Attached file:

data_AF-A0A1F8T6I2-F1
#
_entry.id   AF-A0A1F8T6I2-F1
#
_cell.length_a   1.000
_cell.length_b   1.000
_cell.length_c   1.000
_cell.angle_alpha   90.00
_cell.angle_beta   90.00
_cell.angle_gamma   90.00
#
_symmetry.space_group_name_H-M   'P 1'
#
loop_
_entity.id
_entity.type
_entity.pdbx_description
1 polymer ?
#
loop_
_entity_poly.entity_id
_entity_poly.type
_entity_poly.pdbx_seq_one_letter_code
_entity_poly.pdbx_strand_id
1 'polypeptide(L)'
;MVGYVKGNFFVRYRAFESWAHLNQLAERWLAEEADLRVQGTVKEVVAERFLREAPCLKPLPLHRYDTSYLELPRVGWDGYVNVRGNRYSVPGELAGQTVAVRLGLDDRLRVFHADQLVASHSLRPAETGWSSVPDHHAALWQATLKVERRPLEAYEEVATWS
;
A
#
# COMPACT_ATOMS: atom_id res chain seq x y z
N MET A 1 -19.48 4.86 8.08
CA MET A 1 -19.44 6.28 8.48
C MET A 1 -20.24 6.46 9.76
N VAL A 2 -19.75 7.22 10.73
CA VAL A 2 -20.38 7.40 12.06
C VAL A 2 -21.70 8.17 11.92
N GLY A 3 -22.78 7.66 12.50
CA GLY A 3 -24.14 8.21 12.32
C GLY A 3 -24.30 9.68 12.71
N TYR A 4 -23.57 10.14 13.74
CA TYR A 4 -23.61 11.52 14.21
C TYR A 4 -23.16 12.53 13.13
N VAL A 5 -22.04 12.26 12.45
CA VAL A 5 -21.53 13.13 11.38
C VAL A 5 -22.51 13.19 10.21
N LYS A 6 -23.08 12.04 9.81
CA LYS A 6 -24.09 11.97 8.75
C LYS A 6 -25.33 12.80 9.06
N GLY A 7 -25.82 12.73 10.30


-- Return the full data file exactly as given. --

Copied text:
data_AF-A0A1F8T6I2-F1
#
_entry.id   AF-A0A1F8T6I2-F1
#
_cell.length_a   1.000
_cell.length_b   1.000
_cell.length_c   1.000
_cell.angle_alpha   90.00
_cell.angle_beta   90.00
_cell.angle_gamma   90.00
#
_symmetry.space_group_name_H-M   'P 1'
#
loop_
_entity.id
_entity.type
_entity.pdbx_description
1 polymer ?
#
loop_
_entity_poly.entity_id
_entity_poly.type
_entity_poly.pdbx_seq_one_letter_code
_entity_poly.pdbx_strand_id
1 'polypeptide(L)'
;MVGYVKGNFFVRYRAFESWAHLNQLAERWLAEEADLRVQGTVKEVVAERFLREAPCLKPLPLHRYDTSYLELPRVGWDGYVNVRGNRYSVPGELAGQTVAVRLGLDDRLRVFHADQLVASHSLRPAETGWSSVPDHHAALWQATLKVERRPLEAYEEVATWS
;
A
#
# COMPACT_ATOMS: atom_id res chain seq x y z
N MET A 1 -19.48 4.86 8.08
CA MET A 1 -19.44 6.28 8.48
C MET A 1 -20.24 6.46 9.76
N VAL A 2 -19.75 7.22 10.73
CA VAL A 2 -20.38 7.40 12.06
C VAL A 2 -21.70 8.17 11.92
N GLY A 3 -22.78 7.66 12.50
CA GLY A 3 -24.14 8.21 12.32
C GLY A 3 -24.30 9.68 12.71
N TYR A 4 -23.57 10.14 13.74
CA TYR A 4 -23.61 11.52 14.21
C TYR A 4 -23.16 12.53 13.13
N VAL A 5 -22.04 12.26 12.45
CA VAL A 5 -21.53 13.13 11.38
C VAL A 5 -22.51 13.19 10.21
N LYS A 6 -23.08 12.04 9.81
CA LYS A 6 -24.09 11.97 8.75
C LYS A 6 -25.33 12.80 9.06
N GLY A 7 -25.82 12.73 10.30